OKLAHOMA CITY--(BUSINESS WIRE)--Oct. 30, 2007--Chesapeake Energy Corporation (NYSE:CHK) today announced that it has recently initiated production of approximately 30 million cubic feet of natural gas equivalent (mmcfe) from the first 11 wells on its 18,000-acre Dallas/Fort Worth (DFW) International Airport lease. Acquired approximately one year ago for $185 million, the airport lease represents a significant value creation opportunity for Chesapeake, its minority- and women-owned business enterprise (M/WBE) partners and DFW International Airport. Based on the results of the company's proprietary 3-D seismic analysis acquired earlier this year and the drilling, completion and production results to date, the company plans to drill approximately 300 - 325 wells on the airport lease.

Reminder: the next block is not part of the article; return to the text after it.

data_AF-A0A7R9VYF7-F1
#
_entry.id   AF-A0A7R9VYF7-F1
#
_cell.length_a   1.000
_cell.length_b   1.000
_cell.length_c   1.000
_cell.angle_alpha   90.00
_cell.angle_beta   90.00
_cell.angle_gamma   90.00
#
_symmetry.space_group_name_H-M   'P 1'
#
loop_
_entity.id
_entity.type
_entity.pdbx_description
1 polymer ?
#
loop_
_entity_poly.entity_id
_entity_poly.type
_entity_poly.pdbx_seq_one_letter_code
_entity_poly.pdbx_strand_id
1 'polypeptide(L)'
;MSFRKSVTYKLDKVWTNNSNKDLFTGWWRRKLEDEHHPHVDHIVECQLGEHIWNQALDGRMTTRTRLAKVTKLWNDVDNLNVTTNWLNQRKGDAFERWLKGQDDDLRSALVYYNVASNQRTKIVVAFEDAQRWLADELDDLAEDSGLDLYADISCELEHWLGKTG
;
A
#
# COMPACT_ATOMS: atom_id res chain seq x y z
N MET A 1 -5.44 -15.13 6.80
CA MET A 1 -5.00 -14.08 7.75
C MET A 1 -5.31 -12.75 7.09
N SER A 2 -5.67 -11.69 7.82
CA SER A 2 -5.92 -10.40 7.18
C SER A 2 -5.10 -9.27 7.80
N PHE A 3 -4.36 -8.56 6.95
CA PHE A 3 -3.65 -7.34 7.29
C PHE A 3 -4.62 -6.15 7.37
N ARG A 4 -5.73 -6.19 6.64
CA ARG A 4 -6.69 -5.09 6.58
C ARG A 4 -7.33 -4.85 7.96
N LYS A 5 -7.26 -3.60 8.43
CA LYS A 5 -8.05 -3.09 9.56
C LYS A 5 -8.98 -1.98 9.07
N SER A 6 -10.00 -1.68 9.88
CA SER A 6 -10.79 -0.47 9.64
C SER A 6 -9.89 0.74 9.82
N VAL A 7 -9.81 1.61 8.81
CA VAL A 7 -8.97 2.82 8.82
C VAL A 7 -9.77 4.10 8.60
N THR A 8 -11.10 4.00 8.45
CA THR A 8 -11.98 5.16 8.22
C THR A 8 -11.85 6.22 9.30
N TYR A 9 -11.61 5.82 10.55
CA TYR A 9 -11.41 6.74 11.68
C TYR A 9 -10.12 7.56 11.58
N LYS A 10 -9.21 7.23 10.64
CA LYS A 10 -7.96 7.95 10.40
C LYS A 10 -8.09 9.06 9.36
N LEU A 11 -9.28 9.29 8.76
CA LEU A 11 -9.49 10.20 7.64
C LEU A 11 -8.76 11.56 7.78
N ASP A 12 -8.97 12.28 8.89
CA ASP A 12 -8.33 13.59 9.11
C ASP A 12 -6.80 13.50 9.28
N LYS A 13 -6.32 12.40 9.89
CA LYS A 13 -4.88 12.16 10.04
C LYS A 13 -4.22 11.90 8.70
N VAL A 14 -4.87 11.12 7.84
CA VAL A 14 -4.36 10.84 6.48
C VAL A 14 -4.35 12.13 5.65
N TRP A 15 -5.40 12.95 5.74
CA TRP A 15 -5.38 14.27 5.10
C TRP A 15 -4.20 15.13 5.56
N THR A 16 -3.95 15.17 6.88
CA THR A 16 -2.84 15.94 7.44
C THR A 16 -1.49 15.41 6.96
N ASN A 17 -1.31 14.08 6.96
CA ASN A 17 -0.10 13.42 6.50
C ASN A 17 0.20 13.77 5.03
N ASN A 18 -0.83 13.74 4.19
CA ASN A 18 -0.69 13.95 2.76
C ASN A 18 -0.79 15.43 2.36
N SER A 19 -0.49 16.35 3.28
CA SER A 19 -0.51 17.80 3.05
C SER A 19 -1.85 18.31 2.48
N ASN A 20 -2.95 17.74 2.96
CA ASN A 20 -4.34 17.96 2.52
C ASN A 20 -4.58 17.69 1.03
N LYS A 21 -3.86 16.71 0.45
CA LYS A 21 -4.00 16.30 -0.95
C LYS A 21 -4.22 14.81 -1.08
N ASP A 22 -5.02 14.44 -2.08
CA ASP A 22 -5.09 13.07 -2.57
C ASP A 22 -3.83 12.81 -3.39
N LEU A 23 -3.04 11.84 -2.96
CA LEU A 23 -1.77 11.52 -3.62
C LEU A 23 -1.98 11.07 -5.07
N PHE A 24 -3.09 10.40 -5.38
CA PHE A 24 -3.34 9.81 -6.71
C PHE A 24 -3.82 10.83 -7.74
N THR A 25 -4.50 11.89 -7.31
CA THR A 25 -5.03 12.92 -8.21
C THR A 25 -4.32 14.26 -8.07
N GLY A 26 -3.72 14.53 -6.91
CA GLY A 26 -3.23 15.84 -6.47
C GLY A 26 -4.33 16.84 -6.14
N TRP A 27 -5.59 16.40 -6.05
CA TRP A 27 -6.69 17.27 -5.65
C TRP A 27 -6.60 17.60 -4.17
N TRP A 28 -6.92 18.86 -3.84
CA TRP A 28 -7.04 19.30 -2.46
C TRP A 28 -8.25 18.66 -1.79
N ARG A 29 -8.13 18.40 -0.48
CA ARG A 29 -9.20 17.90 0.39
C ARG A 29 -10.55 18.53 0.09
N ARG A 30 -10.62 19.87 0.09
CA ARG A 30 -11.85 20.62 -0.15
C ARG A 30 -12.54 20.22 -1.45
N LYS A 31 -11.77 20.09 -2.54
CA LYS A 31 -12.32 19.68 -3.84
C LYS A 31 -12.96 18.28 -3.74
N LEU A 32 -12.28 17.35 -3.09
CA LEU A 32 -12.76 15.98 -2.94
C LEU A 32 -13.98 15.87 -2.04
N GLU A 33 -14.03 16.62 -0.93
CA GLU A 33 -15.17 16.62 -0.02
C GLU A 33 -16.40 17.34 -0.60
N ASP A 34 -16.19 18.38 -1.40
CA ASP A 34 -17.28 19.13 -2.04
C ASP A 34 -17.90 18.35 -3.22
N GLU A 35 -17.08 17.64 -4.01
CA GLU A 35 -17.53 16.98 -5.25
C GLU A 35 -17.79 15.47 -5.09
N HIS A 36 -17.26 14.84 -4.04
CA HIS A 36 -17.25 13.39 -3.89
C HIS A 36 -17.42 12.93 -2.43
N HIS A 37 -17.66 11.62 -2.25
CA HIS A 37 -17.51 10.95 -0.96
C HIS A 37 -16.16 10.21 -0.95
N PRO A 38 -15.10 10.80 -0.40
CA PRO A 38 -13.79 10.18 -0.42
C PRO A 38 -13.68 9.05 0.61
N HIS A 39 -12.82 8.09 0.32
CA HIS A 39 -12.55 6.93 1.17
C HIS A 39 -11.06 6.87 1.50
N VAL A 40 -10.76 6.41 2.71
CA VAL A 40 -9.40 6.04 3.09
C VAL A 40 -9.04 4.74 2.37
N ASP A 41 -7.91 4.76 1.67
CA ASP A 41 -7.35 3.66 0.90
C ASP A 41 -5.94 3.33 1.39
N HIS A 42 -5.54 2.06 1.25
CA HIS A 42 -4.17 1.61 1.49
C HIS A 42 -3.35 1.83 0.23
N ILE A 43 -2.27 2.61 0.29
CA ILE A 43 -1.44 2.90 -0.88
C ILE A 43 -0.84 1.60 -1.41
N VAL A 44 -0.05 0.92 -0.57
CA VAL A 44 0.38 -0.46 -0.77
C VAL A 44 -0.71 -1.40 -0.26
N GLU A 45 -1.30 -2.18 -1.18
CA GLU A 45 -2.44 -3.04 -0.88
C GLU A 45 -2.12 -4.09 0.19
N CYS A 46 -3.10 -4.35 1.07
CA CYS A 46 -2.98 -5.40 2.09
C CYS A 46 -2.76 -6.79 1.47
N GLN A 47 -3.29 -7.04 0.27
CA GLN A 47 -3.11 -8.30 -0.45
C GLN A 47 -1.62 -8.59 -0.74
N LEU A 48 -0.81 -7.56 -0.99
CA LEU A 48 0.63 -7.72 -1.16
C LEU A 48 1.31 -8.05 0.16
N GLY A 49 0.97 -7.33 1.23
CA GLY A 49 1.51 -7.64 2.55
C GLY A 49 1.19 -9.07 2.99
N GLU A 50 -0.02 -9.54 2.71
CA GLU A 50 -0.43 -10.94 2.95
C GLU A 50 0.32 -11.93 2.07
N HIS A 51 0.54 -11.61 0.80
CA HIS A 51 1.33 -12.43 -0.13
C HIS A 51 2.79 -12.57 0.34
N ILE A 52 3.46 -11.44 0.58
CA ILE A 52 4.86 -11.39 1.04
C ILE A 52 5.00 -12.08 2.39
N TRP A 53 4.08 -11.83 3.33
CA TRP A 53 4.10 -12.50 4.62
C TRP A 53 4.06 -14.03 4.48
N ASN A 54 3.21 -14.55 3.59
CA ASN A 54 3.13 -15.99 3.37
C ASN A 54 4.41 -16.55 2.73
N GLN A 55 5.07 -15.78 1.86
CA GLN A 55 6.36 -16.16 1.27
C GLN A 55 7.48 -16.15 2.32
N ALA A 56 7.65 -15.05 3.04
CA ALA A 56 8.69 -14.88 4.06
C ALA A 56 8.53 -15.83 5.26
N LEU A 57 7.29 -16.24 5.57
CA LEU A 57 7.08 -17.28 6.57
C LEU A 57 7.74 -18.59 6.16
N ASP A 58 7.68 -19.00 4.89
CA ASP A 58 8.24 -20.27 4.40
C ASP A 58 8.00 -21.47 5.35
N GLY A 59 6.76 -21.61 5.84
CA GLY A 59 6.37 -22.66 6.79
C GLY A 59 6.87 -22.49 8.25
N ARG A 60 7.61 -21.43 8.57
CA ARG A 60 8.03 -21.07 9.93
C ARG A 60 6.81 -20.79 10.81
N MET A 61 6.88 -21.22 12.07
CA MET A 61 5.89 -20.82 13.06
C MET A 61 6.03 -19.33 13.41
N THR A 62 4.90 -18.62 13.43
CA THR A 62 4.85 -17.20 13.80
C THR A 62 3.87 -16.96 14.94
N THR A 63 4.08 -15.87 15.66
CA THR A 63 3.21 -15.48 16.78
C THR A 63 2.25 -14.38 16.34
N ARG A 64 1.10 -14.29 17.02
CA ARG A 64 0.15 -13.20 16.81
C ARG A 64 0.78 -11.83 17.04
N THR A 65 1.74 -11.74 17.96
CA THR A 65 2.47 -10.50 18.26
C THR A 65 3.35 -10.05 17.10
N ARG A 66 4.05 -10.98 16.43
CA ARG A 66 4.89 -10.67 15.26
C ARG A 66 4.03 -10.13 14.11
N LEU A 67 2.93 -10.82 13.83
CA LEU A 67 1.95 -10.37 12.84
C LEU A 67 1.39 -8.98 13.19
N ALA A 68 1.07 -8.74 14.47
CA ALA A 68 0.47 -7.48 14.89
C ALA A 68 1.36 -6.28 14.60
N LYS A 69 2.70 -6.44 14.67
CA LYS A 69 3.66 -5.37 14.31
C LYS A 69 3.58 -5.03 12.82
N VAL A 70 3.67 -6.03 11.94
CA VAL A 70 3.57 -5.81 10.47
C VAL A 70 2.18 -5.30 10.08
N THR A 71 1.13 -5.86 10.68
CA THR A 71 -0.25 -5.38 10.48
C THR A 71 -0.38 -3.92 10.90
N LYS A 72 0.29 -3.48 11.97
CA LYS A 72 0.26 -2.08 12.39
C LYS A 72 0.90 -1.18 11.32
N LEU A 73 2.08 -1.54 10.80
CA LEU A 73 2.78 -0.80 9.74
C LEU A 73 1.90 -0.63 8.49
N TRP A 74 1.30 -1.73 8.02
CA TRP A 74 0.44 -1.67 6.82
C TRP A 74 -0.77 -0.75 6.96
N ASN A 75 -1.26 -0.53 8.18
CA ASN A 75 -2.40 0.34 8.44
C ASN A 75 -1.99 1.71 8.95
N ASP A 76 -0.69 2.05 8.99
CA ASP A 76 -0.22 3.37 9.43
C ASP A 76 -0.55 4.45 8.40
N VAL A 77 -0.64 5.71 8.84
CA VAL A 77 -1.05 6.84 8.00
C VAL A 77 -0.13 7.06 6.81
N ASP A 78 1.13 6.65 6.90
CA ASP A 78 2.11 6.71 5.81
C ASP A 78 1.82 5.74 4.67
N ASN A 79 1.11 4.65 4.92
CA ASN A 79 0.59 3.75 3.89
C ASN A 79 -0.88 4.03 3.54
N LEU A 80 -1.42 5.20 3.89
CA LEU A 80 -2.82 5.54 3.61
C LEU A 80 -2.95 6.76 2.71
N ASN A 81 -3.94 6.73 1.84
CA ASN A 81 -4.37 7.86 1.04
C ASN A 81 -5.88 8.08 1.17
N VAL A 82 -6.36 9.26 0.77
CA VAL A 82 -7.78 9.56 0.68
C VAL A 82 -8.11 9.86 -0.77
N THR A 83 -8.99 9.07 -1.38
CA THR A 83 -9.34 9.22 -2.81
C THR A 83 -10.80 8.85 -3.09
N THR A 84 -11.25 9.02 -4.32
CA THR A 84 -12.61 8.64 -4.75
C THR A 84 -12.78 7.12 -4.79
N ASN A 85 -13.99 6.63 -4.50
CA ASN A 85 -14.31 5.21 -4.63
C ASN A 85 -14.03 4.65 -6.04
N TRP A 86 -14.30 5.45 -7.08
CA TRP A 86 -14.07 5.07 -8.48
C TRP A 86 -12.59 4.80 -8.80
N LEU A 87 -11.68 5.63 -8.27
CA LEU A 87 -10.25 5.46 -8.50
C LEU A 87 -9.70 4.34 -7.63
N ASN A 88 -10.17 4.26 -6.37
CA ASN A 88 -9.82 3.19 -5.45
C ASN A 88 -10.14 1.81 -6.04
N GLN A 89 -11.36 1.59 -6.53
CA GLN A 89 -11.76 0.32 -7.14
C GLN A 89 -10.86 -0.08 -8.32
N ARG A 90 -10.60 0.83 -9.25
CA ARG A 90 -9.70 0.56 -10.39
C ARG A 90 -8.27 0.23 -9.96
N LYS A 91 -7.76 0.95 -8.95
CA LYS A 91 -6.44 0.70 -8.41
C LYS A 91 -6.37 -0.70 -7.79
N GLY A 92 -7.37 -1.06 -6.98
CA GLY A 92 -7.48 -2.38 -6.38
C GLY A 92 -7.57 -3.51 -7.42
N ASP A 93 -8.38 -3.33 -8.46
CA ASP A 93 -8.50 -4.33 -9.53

Assuming an estimated average recovery of approximately 2.5 - 3.0 billion cubic feet of natural gas equivalent (bcfe) gross reserves per well, the company believes that up to one trillion cubic feet of natural gas equivalent (tcfe) reserves can be produced from under the airport at an all-in finding and development cost of approximately $2.00 per thousand cubic feet of natural gas equivalent (mcfe).
Since commencing 3-D seismic operations in December 2006 and drilling operations in May 2007, Chesapeake has employed five drilling rigs on a continuous basis at the airport and anticipates maintaining that level of activity through 2011, at which time the company should have completed drilling its planned 300 - 325 wells. To date, Chesapeake has initiated drilling activities on 33 wells, has started completion activities on 18 wells and is selling natural gas from 11 wells. Chesapeake hopes to reach a peak production level from the airport lease of approximately 250 mmcfe per day by year-end 2011 and expects production to continue for at least the next 50 years.